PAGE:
No, in fact I welcome the navy’s video today. I welcome it because it confirms, no matter the outcome of this election, Operation Sovereign Borders remains the firm policy of Australia. Labor’s support for Operation Sovereign Borders is clear. Boat turnbacks, where safe to do so, regional resettlement and offshore processing.

Let me be clear again – if you attempt to come to Australia by boat, you will be turned back or sent to Nauru, you won’t make it.

Q: Which third country would you send refugees and asylum seekers to if you need to look to regional resettlement for people who …


I answered this question yesterday.

Q: Which countries?


I answered this question yesterday.

Q: You didn’t.


I made it clear yesterday with this question.

Updated at 20.24 EDT

Q: On power prices, wholesale power prices are going up. The Labor Party mass … has a plan to bring them down by 2025. But what are you going to do in the two years before then, when families are feeling pressure now?

Jim Chalmers:

Power prices are going up. Healthcare is becoming harder to access and harder to afford. Groceries are going through the roof and petrol. There are cost of living pressures and this is a cost of living crisis on Scott Morrison’s watch. Now, one party – please let me finish – one party has got a plan to add cheaper and cleaner energy to the system.

And to transmit it more effectively, more efficiently and more cheaply. The other side is having a barney about whether or not they believe in net zero. And so our plans to get cleaner and cheaper energy into the system will bring power prices down by 2025, $275 a year, and that is more than what our political opponents are promising.

Q: On cost of living, you have got markets saying interest rates will head towards 3% within a matter of 12 months, perhaps. You can’t control the price of petrol because that is globally demanding. There [are] worries about the price of wheat because of what is happening in Ukraine and Russia. How much will families be better off overall under a Labor government when so many things are not under your control?


Let me give you a couples of examples where government policy makes a big difference. Cheaper…

Q: How much will we be better off? In 12 months, how much more money will I have in my pocket?

Jim Chalmers and Kristina Keneally
Shadow treasurer Jim Chalmers and shadow immigration minister Kristina Keneally speak to the media after visiting Dave’s Fresh Fruit and Vegetables on Day 19 of the 2022 federal election campaign in Sydney. Photograph: Lukas Coch/AAP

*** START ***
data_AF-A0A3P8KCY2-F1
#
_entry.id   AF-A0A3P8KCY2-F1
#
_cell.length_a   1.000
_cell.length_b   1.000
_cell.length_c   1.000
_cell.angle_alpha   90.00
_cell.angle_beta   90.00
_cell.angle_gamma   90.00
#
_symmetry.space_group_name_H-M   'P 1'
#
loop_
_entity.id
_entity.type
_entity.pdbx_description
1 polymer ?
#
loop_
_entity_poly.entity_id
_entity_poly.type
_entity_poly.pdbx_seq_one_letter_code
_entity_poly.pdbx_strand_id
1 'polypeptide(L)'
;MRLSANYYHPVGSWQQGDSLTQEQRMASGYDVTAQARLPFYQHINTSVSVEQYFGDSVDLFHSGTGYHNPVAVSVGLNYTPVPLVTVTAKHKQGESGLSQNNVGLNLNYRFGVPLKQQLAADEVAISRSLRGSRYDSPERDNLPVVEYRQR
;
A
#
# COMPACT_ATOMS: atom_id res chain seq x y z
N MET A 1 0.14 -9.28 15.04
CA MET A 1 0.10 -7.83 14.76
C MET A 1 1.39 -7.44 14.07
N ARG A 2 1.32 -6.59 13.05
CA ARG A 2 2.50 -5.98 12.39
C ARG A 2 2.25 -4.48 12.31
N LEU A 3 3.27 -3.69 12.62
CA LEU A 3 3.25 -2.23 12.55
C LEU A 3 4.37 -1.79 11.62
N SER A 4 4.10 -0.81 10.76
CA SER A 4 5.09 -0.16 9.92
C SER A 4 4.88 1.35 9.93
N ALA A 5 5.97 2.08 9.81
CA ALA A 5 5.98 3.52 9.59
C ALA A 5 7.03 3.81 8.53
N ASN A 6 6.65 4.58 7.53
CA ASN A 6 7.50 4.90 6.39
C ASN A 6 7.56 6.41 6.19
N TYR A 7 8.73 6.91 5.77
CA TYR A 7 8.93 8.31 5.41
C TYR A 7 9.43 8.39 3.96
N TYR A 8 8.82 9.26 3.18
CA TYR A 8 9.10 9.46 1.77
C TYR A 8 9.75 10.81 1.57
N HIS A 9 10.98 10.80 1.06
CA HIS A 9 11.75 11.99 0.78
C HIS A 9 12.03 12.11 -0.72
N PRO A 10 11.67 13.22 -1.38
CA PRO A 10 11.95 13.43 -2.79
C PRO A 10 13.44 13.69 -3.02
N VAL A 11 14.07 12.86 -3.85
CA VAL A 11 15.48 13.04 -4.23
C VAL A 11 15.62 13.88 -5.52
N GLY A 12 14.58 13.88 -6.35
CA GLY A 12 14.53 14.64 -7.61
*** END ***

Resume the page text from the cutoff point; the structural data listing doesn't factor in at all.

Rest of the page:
Let me answer the question. For example, in child care, if you are on $120,000 as a family and you are accessing it five days, it will be more than $80 a week. If you are on $150,000 and you are averaging three days, it will be more than $70 a week and that policy comes in next year. It will be in the first Budget if we’re successful that we hand down before the end of the year. That is one example.

I have given you an example on power prices. When it comes to wages, Australians understand that if you train people for higher wage opportunities, they will earn more. Australians understand if you make it easier, through the child care system, to work more and earn more, that will have an impact on wages. Australians understand the invest in the care economy, the digital economy and advanced manufacturing, you will create more, well-paid secure jobs.

The difference between Labor and Scott Morrison is Scott Morrison has completely washed his hands of this cost of living crisis and Labor takes a different view. Our policies are all about recognising where we can make a meaningful difference, not overpromising and underdelivering, but working out where we can make a meaningful difference.

You ask me about interest rates. Most of the market, commentators, analysts expect interest rates will go up next week or next month. That is a matter for the independent Reserve Bank, independent of political interference from Josh Frydenberg or anybody else.

Updated at 21.06 EDT

We then move on to a debate about the debates.

Q: Mr Chalmers, both yourself, Mr Albanese and Kristina Keneally have accused the prime minister of going missing, saying that he’s avoiding scrutiny … But your leader, despite having said he would debate the prime minister every day … [has not agreed to a debate on Nine]. Isn’t he doing what you accuse the prime minister of doing?

Jim Chalmers:

Well, Anthony Albanese is not reluctant to debate the prime minister, and the last time they had a debate, Albo cleaned him up.

Q: Why not commit to…


If you [would] just let me finish my answer. There are negotiations that happen in every election campaign that I can recall. Those negotiations involve broadcasters, they involve the two parties …

Q: You say the prime minister won’t hold a hose, but at the minute you won’t hold a debate.


Well, what’s happening here is the usual negotiation that is happen in the usual way with the broadcasters, and with the major political parties. You know, I think …

Q: Everyone has agreed except Anthony Albanese. Why?


Well, this is part of the usual conversation that happens.

Q: What is he scared of? What is Mr Albanese scared of?


He’s not.

Q: What is he doing next Thursday?


I don’t have his diary here.

Updated at 20.15 EDT